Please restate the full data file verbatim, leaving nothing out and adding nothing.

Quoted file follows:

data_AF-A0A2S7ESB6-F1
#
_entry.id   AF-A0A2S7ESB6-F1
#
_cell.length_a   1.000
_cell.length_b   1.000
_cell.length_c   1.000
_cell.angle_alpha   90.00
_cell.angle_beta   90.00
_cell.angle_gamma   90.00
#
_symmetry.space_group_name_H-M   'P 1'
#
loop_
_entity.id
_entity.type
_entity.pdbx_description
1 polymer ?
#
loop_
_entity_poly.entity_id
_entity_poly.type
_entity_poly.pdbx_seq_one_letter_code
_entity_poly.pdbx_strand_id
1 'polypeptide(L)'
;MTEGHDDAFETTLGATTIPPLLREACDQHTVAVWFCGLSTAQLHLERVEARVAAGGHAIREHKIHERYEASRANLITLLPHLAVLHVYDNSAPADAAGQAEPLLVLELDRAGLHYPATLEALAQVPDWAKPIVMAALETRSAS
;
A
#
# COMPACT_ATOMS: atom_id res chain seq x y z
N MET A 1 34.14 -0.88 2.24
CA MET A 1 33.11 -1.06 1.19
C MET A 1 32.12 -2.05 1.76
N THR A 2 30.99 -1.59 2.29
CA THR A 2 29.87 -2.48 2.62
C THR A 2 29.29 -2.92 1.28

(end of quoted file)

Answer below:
data_AF-A0A2S7ESB6-F1
#
_entry.id   AF-A0A2S7ESB6-F1
#
_cell.length_a   1.000
_cell.length_b   1.000
_cell.length_c   1.000
_cell.angle_alpha   90.00
_cell.angle_beta   90.00
_cell.angle_gamma   90.00
#
_symmetry.space_group_name_H-M   'P 1'
#
loop_
_entity.id
_entity.type
_entity.pdbx_description
1 polymer ?
#
loop_
_entity_poly.entity_id
_entity_poly.type
_entity_poly.pdbx_seq_one_letter_code
_entity_poly.pdbx_strand_id
1 'polypeptide(L)'
;MTEGHDDAFETTLGATTIPPLLREACDQHTVAVWFCGLSTAQLHLERVEARVAAGGHAIREHKIHERYEASRANLITLLPHLAVLHVYDNSAPADAAGQAEPLLVLELDRAGLHYPATLEALAQVPDWAKPIVMAALETRSAS
;
A
#
# COMPACT_ATOMS: atom_id res chain seq x y z
N MET A 1 34.14 -0.88 2.24
CA MET A 1 33.11 -1.06 1.19
C MET A 1 32.12 -2.05 1.76
N THR A 2 30.99 -1.59 2.29
CA THR A 2 29.87 -2.48 2.62
C THR A 2 29.29 -2.92 1.28